We have Spike, it's basically the same thing, and I think it's doing alright.

Re:Trailer Park (1)

dintech (998802) | about 7 years ago | (#21656365)

Well spotted there good sir. But I got a -1 Troll for my efforts anyway. :)

We've already got that (0, Redundant)

kennylogins (1092227) | about 7 years ago | (#21656375)

It's called Hollywood.

Re:Trailer Park (0, Redundant)

alta (1263) | about 7 years ago | (#21656551)

we do, it's called spike.

Re:Trailer Park (0)

Anonymous Coward | about 7 years ago | (#21656205)

After he got done with that he was going to go down to "Starbucks" for a "Latte"*.




*If you don't get this, this along with the previous mention of "Ow! My Balls!" is a reference to the movie Idiocracy previously mentioned in the article about the new Brawndo drink. This post is intended to be humorous and is being posted AC and karma free to avoid the inevitable OT mod. This disclaimer brought to you for the enlightenment of the humor impaired.

This is great. (-1, Flamebait)

Anonymous Coward | about 7 years ago | (#21656253)

I hate sex offenders. We need more people like this man who will go out and bring these monsters waht I call old fashioned justice.

These kind of monsters need to be all hung. I have no sympathy, even if you're 18 years old and you go out with a 17 year old. You are a fucking monster.

Sincerely,
A Follower of The Right Way

Re:This is great. (5, Insightful)

sk8king (573108) | about 7 years ago | (#21656635)

Not to defend anyone, but just to pose a question.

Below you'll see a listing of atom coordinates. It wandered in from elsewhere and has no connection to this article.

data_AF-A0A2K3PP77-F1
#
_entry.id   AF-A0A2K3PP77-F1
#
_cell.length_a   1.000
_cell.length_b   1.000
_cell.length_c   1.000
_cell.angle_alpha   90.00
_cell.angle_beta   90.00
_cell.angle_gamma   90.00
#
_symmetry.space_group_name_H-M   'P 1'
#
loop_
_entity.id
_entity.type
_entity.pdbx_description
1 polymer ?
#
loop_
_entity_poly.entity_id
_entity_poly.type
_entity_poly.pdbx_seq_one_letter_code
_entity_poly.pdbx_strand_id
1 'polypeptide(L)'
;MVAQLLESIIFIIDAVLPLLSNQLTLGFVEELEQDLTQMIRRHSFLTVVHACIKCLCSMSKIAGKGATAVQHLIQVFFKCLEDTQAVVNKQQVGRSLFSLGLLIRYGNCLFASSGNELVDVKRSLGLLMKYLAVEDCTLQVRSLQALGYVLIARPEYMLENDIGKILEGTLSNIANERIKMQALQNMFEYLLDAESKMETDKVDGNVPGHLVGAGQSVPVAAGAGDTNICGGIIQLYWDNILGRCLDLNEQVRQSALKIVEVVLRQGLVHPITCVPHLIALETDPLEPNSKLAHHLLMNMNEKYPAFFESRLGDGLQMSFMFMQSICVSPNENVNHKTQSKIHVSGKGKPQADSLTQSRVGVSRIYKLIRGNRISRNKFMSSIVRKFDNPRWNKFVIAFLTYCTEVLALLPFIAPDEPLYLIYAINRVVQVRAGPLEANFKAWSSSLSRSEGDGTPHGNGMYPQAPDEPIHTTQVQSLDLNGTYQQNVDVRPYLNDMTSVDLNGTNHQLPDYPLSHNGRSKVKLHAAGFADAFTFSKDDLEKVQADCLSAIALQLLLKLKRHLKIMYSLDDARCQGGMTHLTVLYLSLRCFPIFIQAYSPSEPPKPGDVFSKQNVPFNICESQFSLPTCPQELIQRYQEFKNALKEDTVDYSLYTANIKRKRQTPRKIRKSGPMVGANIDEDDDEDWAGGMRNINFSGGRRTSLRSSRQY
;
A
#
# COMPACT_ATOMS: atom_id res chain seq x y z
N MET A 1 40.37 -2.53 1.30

If you are 18 and are going out with a 17 year old and you're a monster, what are you if you are 17 and going out with a 16 year old? What are you if you are 18 1/2 and dating someone who is 17 3/4? In three months, you'll both be "18". I guess we could ask if you are 18, just about to turn 19 and you are going out with someone who just turned 18, what are you then. And then why is it okay for a 45 year old man to marry a 35 year old woman? What is this thing that happens to a person's mind during that day just before his/her 18th birthday through the day of his/her birthday? And what if you're just going out for ice-cream?

I'm just trying to figure out what "The Right Way" is. It is my understanding that 18 is a rather arbitrary age since voting, consuming alcohol (legally), and driving (legally) all have different ages associated with be able to perform said actions.

Notification of neighbors (2, Interesting)

Gigiya (1022729) | about 7 years ago | (#21656105)

Wouldn't he have had to inform all of his neighbors within a certain radius that he was a sex offender, anyways? Or is that only for those convicted of molesting children?

Re:Notification of neighbors (2, Funny)

Anonymous Coward | about 7 years ago | (#21656147)

No. The cattle brand on his ass and yellow star are sufficient.

Re:Notification of neighbors (1, Insightful)

Anonymous Coward | about 7 years ago | (#21656581)

Some jurisdictions have a Community Notification, a letter is sent to people living in the community. This is usually handled by the police or parole board.

Having the offender in question go door to door would be a death sentence. Also it would be hard to explain, "Hello little boy is your mommy or daddy home? I need to talk to them."

Am I the only one? (-1, Flamebait)

ttapper04 (955370) | about 7 years ago | (#21656107)

Who thinks he may have gotten what was coming to him?